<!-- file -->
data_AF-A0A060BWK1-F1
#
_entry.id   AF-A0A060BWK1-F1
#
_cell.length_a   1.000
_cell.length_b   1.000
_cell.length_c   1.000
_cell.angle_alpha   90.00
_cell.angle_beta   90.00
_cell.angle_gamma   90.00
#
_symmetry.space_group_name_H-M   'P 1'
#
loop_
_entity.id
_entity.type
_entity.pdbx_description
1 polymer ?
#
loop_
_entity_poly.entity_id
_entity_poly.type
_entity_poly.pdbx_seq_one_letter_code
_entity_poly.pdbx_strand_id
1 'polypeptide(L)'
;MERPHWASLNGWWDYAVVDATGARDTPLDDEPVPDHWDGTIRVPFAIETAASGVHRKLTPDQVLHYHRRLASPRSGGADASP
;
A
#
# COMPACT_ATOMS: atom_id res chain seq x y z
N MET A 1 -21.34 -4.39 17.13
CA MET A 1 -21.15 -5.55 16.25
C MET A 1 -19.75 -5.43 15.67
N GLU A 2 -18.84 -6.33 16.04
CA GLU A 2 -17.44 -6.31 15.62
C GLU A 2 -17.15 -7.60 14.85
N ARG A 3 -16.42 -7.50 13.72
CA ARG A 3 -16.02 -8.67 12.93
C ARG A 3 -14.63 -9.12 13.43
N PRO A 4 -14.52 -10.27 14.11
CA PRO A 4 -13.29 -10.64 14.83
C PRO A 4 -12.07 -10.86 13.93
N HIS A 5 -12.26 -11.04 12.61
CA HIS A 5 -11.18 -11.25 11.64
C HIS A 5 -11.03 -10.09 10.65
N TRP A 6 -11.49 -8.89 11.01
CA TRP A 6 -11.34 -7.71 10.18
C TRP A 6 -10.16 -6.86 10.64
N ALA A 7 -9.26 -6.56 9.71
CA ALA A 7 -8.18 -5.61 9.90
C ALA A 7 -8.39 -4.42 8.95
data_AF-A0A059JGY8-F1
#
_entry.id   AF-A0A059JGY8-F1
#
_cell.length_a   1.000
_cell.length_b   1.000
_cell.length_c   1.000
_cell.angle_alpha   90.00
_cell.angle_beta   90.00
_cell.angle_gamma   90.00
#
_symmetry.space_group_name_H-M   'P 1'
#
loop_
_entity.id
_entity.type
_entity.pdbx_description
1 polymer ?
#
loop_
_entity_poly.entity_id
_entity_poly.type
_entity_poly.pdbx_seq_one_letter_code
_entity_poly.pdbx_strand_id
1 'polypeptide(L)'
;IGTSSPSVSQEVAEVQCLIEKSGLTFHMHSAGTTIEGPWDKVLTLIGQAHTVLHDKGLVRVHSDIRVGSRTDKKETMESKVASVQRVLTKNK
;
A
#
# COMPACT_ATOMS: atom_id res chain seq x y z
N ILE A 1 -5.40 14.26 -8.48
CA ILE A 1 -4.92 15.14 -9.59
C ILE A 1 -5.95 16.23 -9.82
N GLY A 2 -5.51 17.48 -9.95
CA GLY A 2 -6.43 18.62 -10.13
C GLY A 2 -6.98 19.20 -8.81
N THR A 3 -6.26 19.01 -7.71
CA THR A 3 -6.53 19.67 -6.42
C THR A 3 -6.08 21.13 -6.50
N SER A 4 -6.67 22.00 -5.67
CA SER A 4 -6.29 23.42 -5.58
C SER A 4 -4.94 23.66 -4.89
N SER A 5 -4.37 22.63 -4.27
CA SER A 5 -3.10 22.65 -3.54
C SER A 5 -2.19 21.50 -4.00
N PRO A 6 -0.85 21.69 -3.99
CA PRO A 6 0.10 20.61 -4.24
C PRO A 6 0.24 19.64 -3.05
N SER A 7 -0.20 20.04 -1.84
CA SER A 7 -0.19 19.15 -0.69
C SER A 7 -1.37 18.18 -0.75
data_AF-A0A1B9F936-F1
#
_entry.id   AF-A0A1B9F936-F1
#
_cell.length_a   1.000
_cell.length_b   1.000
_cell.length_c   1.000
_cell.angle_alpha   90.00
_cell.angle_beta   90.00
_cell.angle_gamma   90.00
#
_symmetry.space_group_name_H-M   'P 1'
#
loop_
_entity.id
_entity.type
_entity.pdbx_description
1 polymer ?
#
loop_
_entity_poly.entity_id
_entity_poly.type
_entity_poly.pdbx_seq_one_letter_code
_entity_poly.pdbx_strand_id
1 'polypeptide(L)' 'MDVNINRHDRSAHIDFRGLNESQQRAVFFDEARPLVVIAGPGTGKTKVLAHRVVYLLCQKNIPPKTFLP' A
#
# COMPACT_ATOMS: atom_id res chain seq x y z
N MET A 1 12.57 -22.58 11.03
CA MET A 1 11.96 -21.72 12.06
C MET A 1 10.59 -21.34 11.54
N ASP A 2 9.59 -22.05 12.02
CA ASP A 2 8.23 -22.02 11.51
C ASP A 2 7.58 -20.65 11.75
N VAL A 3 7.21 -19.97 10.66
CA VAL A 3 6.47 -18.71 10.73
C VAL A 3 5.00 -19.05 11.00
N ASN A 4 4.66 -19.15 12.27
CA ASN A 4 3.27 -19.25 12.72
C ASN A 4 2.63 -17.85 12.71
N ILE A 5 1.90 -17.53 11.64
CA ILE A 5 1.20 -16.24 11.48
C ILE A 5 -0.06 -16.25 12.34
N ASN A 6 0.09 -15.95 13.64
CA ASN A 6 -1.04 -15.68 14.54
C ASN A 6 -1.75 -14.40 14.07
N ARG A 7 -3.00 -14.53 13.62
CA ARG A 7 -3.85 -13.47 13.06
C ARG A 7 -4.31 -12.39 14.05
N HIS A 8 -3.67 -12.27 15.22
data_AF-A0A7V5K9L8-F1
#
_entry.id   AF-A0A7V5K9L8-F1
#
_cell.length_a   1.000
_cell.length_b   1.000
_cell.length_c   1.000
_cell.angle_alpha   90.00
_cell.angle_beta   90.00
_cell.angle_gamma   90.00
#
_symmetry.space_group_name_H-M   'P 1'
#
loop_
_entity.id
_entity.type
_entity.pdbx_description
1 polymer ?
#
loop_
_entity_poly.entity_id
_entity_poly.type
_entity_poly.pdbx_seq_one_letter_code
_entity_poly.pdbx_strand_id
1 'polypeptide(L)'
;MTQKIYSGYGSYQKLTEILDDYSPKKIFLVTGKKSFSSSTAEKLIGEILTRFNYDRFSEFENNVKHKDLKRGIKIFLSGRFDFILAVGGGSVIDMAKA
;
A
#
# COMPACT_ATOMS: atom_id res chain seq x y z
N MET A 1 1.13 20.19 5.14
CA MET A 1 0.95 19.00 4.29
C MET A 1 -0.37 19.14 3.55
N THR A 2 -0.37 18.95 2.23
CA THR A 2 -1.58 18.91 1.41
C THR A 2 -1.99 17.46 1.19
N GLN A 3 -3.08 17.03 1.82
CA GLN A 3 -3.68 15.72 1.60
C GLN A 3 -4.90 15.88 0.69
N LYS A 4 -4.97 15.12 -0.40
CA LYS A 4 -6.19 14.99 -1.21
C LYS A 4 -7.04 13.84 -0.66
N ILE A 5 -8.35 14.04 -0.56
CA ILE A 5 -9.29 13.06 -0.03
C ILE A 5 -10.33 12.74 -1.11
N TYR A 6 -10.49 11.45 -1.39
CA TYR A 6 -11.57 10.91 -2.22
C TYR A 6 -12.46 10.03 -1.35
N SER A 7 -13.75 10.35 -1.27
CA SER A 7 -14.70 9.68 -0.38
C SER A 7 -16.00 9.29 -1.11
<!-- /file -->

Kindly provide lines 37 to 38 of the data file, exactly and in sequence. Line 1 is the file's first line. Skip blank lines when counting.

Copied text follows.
N ARG A 3 -16.42 -7.50 13.72
CA ARG A 3 -16.02 -8.67 12.93